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Titanic: A Night Remembered
     

Titanic: A Night Remembered

by Stephanie Barczewski
 

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In a Night of unforgettable tragedy, the Titanic, the world's largest liner on its maiden voyage, struck an iceberg in the North Atlantic at 11.40 p.m. on 14 April 1912 and sank at 2.20 a.m. the following morning. Over 1500 people died. Whose fault it was, and how the passengers and crew reacted, has been a subject of dispute ever since the first news of the disaster

Overview

In a Night of unforgettable tragedy, the Titanic, the world's largest liner on its maiden voyage, struck an iceberg in the North Atlantic at 11.40 p.m. on 14 April 1912 and sank at 2.20 a.m. the following morning. Over 1500 people died. Whose fault it was, and how the passengers and crew reacted, has been a subject of dispute ever since the first news of the disaster broke. Titanic: A Night Remembered tells the story of the ship and its only voyage. It also includes biographies of six of those who died: among them Titanic's captain Edward Smith and builder Thomas Andrews, John Jacob Astor, the richest man on board, and the bandmaster, Wallace Hartley, who played as the ship sank. Stephanie Barczewski traces their lives and careers and what brought all of them together on that fatal night. Many of those who died were treated as heroes (in contrast to men such as J. Bruce Ismay and Sir Cosmo Duff Gordon, who used their influence to get places in lifeboats). Titanic is also the story of the ship's relationship with the place where it was built, Belfast, and with the ports it visited: Southampton, Cherbourg and Queenstown.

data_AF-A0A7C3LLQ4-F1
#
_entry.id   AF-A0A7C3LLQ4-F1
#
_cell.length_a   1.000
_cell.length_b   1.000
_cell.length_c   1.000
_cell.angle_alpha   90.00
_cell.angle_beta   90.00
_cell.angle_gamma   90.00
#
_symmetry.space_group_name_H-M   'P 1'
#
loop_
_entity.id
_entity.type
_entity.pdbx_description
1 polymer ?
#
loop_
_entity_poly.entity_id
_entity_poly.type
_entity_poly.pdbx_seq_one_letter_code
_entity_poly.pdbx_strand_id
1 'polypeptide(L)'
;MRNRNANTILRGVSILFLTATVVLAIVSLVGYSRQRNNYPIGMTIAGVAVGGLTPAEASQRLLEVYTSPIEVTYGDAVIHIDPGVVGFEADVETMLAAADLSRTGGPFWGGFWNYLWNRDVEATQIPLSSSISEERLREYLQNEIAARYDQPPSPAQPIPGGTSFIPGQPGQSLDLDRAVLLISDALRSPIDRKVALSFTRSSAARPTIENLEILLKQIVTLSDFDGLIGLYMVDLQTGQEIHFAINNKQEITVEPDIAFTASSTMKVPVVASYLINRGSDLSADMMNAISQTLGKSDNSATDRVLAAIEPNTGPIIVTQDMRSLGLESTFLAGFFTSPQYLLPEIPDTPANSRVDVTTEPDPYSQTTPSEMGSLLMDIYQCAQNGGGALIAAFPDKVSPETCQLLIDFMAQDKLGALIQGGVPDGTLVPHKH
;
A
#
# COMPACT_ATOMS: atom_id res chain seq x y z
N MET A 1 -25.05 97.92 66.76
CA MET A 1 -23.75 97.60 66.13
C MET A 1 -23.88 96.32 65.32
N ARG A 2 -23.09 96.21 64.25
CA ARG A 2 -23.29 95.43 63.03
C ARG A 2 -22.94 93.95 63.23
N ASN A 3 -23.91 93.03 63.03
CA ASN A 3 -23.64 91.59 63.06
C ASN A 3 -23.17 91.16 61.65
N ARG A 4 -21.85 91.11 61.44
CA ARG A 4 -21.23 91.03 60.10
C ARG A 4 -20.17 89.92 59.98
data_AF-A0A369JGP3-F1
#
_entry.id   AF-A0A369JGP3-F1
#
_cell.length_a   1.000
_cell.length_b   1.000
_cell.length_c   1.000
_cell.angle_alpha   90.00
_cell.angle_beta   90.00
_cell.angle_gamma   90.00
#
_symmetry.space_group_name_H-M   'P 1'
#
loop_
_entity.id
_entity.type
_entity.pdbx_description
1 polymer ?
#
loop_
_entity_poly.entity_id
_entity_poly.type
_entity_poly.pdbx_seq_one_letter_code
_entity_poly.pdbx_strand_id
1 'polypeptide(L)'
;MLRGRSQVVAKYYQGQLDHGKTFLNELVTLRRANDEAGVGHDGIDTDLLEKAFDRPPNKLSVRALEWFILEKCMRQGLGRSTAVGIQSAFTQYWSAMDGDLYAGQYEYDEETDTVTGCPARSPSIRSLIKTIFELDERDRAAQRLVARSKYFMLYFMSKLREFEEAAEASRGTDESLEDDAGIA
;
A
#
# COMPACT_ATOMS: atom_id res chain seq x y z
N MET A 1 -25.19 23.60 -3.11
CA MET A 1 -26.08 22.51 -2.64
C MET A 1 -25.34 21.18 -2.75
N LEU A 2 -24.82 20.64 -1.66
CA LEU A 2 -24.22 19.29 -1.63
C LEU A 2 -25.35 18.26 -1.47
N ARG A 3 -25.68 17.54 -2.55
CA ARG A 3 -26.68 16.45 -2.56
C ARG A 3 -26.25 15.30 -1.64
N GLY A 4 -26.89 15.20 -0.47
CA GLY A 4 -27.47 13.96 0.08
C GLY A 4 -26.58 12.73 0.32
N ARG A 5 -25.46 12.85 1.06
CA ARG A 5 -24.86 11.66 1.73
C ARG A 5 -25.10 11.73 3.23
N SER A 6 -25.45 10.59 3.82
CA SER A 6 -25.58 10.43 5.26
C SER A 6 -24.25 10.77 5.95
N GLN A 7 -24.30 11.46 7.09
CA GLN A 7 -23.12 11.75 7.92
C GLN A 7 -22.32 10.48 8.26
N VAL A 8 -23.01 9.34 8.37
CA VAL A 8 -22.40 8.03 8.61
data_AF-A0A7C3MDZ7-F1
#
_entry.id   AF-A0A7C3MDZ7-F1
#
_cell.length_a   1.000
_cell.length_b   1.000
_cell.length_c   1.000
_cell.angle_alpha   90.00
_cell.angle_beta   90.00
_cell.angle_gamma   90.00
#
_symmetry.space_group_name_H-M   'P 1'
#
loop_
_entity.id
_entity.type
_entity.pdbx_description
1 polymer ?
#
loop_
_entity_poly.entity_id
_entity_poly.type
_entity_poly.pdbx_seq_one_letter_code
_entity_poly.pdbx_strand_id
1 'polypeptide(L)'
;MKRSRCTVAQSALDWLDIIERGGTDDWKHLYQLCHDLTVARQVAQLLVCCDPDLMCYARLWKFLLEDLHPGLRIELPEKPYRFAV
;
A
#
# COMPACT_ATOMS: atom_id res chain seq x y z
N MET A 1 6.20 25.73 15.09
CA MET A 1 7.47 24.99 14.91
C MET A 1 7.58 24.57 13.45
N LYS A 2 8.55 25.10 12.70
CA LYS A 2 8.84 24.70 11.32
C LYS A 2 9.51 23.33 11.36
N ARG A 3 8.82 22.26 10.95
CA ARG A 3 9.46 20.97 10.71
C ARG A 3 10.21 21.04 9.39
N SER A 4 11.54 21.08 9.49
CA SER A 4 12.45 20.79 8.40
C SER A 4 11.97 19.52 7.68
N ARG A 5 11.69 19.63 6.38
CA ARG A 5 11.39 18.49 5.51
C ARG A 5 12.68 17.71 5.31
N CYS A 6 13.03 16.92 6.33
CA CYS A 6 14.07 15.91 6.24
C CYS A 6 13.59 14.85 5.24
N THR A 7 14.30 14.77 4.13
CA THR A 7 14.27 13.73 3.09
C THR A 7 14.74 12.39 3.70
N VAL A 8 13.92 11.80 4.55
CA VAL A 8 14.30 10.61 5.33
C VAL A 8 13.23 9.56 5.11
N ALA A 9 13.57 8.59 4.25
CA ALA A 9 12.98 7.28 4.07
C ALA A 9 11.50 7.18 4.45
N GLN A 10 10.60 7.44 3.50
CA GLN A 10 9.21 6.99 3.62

Editorial Reviews

Library Journal
In her carefully constructed account of the Titanic's last night and her consideration of the meaning of the Titanic story in its local contexts, Barczewski (history, Clemson Univ.) goes well beyond Richard Howells's 1999 The Myth of the Titanic. "What continues to compel our interest in the Titanic story," Barczewski suggests, "is that at its heart it is a story that reminds us of our limitations." In telling the stories of ten of the more than 1500 people who lost their lives in the disaster, Barczewski considers not only the facts of the tragedy but also its resonances-which still have the power to generate "a deluge of Titanic-related books, songs, television documentaries . . . in a variety of languages for a variety of audiences around the globe." Especially notable are Barczewski's analyses of the impact of the disaster upon the three locations closely related to the Titanic: Belfast, where the ship was constructed; Southampton, the Titanic's embarkation port; and Queenstown, the ship's final port of call, on the morning of April 11, 1912. Recommended for large public libraries with an ongoing interest in studies of disasters at sea.-Robert C. Jones, formerly with Central Missouri State Univ., Warrensburg Copyright 2004 Reed Business Information.

Product Details

ISBN-13:
9781852854348
Publisher:
Bloomsbury UK
Publication date:
05/07/2004
Product dimensions:
6.35(w) x 9.50(h) x 1.30(d)

Meet the Author


A specialist in modern British cultural history, Stephanie Barczewski is Professor of History at Clemson University in South Carolina, USA, where she has taught since 1996. In 2005 she became Associate Dean for Research and Graduate Studies in the College of Architecture, Arts and Humanities at Clemson. She is the author of numerous books.

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